"A great and beautiful spot that brought everyone's (over 35) favorite cartoon characters back. My Super Bowl party watches it 3 times and froze frame to check out the details. Well done," said Andrew Solmssen, managing director of Possible Worldwide, LA.
In a Foursquare promotion, people who checked in to the big game unlocked a 'Super Swarm Sunday' badge. It came with an offer: each receiving the Super Swarm Sunday badge and a "spend $10, get $5 off" deal at Pizza Hut when paying with American Express. As of 6:20pm EST, 175,365 people had checked in (and the number was growing by about 1,000 per minute), observed Gregg Stewart, president, 15miles. By the time the badge closed, a total of 303,445 people had checked in.
McDonald's Ronald McDonald House
"We all know the product. This makes us like the company with a charitable tie-in. Genius timing, right after the Star Spangled Banner. Helps us make an emotional connection to the company, which all great marketing hopes to do," said Melinda Krueger, senior marketing consultant with ExactTarget.
Dogs outnumbered just about any other animal, including monkeys (CareerBuilder) and cats. Just ask man's best friend.
"Samsung's next step in their Galaxy faux Apple store ads were fun but it seemed that even the actors had a tough time getting excited about a phone with a stylus. 'A pen?' they ask. Expect consumers to do the same. This is technology we have graduated from. Don't bring us back," said Andrew Solmssen, managing director of Possible Worldwide, LA.
Offline, the auto brand asked its rival, Chevy, to pull its ad, which suggested that Ford owners would not survive the apocalypse, if it strikes on 12-21-2012. By calling out Chevy, Ford called more attention to the ad.
In its analysis of tweets, BrandBowl 2012 found that GoDaddy.com had the highest number of negative tweets, followed by Cars.com and Lexus.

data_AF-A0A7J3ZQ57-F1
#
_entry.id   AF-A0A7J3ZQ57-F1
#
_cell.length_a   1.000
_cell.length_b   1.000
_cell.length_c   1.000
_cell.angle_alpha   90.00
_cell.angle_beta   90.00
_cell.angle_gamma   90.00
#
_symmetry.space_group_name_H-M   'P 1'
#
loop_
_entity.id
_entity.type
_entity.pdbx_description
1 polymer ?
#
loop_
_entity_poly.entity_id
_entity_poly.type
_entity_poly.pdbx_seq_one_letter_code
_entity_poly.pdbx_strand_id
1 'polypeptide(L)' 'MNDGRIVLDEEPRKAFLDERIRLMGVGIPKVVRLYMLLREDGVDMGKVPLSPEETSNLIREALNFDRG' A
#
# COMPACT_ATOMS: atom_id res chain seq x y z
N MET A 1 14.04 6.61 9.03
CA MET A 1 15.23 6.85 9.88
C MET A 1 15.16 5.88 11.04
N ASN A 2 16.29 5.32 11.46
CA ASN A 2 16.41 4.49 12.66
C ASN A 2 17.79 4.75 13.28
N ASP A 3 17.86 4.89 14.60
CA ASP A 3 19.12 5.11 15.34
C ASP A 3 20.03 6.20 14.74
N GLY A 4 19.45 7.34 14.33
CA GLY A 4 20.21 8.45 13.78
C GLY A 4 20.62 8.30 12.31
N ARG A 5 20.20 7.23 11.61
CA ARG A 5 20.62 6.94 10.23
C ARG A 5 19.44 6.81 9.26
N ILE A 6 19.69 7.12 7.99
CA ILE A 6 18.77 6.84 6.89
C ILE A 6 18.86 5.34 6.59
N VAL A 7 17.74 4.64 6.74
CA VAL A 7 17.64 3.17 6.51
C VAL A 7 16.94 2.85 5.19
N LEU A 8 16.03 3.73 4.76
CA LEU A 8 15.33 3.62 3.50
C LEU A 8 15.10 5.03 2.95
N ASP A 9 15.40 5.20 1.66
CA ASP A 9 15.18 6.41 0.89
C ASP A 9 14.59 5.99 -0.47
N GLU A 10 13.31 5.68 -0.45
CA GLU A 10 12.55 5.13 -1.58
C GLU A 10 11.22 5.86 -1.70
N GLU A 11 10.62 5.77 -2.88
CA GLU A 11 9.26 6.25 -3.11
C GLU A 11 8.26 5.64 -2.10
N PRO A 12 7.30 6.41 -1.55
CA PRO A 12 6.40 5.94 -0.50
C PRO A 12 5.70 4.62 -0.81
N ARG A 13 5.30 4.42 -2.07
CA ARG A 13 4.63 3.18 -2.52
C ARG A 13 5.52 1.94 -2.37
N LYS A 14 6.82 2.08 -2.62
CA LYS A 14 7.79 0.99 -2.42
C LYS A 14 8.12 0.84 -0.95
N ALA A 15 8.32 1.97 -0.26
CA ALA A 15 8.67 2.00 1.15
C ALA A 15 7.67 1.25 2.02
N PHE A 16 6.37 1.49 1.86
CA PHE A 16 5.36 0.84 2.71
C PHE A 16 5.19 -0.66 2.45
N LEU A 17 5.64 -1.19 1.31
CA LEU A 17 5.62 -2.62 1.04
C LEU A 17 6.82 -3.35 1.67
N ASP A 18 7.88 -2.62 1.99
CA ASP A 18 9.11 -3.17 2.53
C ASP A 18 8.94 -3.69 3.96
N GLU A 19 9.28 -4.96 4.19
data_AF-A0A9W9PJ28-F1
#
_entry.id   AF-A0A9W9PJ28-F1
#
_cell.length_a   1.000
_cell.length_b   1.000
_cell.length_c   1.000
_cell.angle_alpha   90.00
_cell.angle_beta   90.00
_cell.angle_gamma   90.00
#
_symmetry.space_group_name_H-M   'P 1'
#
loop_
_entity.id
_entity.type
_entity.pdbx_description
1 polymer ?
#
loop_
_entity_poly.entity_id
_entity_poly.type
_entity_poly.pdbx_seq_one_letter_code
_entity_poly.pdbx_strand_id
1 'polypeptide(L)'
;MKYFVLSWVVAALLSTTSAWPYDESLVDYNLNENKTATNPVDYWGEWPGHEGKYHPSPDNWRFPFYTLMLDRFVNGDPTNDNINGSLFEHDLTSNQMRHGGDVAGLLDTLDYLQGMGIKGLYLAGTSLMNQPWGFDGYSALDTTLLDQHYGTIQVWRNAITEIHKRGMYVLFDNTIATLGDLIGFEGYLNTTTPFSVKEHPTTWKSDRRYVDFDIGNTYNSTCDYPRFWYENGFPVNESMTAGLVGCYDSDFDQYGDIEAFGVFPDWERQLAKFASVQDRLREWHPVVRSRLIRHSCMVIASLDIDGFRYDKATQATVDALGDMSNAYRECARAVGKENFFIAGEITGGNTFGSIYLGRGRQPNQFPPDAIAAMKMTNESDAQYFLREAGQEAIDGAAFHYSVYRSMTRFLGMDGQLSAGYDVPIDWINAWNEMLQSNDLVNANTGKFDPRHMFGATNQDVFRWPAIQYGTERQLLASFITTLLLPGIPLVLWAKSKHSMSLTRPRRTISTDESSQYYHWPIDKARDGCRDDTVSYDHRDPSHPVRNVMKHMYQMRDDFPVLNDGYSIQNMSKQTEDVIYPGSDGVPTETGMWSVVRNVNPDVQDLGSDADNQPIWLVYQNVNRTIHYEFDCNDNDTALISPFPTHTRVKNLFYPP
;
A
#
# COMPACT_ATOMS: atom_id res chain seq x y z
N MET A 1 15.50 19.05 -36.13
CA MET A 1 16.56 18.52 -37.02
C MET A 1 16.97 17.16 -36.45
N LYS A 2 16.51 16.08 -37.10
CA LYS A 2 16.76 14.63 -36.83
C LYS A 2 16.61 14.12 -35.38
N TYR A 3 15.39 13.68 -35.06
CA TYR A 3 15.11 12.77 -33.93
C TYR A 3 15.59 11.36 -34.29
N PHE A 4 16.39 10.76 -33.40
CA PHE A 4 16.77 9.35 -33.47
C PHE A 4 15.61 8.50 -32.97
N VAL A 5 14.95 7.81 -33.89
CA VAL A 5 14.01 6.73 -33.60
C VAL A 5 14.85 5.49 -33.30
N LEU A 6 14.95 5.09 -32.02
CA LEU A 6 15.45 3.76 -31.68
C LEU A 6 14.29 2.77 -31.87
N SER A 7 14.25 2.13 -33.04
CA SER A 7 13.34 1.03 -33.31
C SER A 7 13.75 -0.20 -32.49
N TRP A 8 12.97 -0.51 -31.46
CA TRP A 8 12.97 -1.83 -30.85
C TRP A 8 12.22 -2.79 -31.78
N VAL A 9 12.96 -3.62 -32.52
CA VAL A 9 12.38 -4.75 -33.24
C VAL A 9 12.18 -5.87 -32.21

The high-end production work in this spot is fitting for a high-end brand like Audi, but is it reaching the right demographic? "The Audi and Pepsi commercials have paid off for me so far but I am a sucker for a laugh," observed Robin Neifield, CEO of NetPlus Marketing. "Both integrated hash tags but the only people using the #solongvampires tag right now are critical or only interested in the ad, not the car." Which suggests this ad may be better suited for another demographic: teen fans of Twilight.
Simms Jenkins, CEO of Brightwave Marketing, said marketers must overcome their aversion to integrating TV advertising with less flashy approaches, such as email marketing. "While of course many Super Bowl advertisers will include a social call to action, I bet zero will deploy actionable responses towards real estate they actually own where they can continue to market to them, for absurdly less cost than a TV buy during the big game," he commented before the game.
This story was originally published on February 6, 2012, and comes in at No. 3 on our countdown of the 10 most popular ClickZ news stories of 2012. As ClickZ looks back over the past year, we're celebrating the best of 2012, as determined by our readers. Enjoy!
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Anna Maria Virzi, ClickZ's executive editor from 2007 until 2012, covered Internet business and technology since 1996. She was on the launch team for Ziff Davis Media's Baseline and also worked at Forbes.com, Web Week, Internet World, and the Connecticut Post.